However, something totally different happens for the microsecond delay function. For 1000 microseconds (which should equal 1 millisecond as above):

For 500 microseconds:

For 250 microseconds:

For 100 microseconds:

As can be seen from the above images for the microsecond delay function, there is a difference between the delay time of the HIGH and LOW pulses, with the delay from the ON-to-OFF pulse being significantly higher than the delay from the OFF-to-ON pulse. Furthermore, this effect gets more prominent as the delay time decreases.

Considering that, for example, for a delay of 1 millisecond, the delay loop for the millisecond delay routine executes exactly the same amount of times as for the microsecond delay routine for a delay of 1000 microseconds. Therefore, the actual delay times should be equal.

The only thing that comes to mind that could cause this variance in actual delay times is the amount of overhead during the whole of the delay routine. Consequently, the expected "drifting" effect should have been worse for the millisecond delay routine than for the microsecond delay routine, since it involves more iterations of the delay loop for a longer delay. However, rather counter-intuitively, the observed results point to the exact opposite, which indicates that there is probably something else causing the "drifting" effect.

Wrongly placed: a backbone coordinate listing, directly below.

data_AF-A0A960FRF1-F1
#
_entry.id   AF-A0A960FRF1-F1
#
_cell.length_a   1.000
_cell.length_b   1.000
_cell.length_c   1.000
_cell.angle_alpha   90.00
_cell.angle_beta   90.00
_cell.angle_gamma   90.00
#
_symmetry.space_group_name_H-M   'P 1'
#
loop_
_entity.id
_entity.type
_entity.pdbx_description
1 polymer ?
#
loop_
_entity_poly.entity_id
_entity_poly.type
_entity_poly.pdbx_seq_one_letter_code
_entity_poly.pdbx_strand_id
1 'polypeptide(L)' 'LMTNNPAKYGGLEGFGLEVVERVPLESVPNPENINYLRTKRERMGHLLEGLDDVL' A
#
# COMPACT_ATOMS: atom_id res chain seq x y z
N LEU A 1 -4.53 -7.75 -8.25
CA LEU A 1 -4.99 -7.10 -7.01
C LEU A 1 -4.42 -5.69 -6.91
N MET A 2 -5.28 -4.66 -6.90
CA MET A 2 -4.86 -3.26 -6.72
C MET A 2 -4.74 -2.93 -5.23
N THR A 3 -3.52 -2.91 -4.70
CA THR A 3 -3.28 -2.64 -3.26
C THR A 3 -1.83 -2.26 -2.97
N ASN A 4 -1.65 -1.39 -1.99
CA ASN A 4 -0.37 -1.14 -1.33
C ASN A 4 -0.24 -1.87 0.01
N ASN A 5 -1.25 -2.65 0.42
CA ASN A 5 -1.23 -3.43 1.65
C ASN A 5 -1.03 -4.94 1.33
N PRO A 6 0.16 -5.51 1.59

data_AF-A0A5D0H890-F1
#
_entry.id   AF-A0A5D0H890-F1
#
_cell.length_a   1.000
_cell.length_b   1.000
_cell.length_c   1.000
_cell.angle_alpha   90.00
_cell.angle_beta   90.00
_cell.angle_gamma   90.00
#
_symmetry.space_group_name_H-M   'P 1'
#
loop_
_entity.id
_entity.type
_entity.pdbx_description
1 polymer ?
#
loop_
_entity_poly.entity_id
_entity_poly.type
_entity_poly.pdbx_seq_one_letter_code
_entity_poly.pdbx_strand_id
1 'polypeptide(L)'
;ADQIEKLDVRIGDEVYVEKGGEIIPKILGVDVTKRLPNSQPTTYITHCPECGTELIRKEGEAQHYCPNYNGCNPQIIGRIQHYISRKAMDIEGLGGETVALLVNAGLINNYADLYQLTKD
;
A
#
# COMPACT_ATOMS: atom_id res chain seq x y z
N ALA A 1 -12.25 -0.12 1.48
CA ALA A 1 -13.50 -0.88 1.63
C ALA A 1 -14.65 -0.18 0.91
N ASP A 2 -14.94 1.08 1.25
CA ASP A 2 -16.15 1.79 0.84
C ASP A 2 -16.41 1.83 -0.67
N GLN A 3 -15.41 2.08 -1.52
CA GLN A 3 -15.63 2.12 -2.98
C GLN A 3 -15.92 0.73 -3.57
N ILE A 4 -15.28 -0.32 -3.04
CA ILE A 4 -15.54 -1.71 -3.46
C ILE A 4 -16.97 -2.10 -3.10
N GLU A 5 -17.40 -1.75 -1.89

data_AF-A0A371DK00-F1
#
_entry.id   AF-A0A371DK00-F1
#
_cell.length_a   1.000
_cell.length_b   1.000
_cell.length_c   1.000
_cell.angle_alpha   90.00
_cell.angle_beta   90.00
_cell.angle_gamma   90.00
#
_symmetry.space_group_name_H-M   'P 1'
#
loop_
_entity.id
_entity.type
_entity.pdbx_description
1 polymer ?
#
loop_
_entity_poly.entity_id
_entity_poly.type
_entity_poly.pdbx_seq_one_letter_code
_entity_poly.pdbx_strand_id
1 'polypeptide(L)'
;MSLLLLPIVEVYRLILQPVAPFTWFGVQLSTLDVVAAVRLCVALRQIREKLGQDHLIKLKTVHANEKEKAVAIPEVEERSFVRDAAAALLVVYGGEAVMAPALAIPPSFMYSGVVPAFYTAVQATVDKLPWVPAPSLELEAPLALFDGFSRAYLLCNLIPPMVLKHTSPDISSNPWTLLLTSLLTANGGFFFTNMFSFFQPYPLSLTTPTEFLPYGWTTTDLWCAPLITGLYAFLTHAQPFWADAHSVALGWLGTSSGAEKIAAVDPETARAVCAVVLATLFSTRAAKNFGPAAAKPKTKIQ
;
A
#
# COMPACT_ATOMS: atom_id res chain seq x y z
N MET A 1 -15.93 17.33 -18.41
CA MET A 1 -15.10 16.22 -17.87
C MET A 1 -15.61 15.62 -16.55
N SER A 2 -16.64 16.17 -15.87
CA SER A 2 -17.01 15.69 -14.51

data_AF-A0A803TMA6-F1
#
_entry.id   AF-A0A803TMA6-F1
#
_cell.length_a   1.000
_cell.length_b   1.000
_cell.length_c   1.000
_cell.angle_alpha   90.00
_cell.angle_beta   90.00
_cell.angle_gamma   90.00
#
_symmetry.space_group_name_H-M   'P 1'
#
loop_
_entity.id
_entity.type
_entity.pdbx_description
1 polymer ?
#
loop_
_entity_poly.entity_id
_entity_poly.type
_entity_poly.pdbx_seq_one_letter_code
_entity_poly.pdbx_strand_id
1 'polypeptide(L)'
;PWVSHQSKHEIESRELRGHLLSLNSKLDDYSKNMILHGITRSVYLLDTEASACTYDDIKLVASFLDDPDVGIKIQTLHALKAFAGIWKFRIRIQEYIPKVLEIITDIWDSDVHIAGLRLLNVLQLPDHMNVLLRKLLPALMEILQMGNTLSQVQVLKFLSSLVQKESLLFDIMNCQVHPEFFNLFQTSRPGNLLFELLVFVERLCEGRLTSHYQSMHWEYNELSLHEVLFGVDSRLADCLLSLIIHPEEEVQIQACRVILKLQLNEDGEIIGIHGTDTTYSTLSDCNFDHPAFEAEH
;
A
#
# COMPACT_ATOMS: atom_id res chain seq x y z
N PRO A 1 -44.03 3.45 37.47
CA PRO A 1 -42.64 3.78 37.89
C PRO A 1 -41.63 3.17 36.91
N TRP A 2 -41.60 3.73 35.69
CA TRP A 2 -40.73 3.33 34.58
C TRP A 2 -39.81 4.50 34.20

What could be happening here and how can this be fixed?

UPDATE:

Through further thorough investigation I have found the problem. Perhaps I should've mentioned it from the very start, but the particular I/O pin that I used for this testing is optically isolated (due to the nature of the application). Probing the PIC's I/O pin directly yielded perfect square waves for my delay test values. My measurements were all at the output of the optocoupler. The problem is undoubtedly due to the optocoupler's switching characteristics, and is thus not software related.

Nevertheless, thank you to those who have made suggestions in improving the delay routine. These suggestions will certainly be considered.

• You lose LSB when performing timerCount = timerCount / divCount. Did you emulate/trace the code in IDE (if it is possible)? – Anonymous Feb 5 '18 at 21:07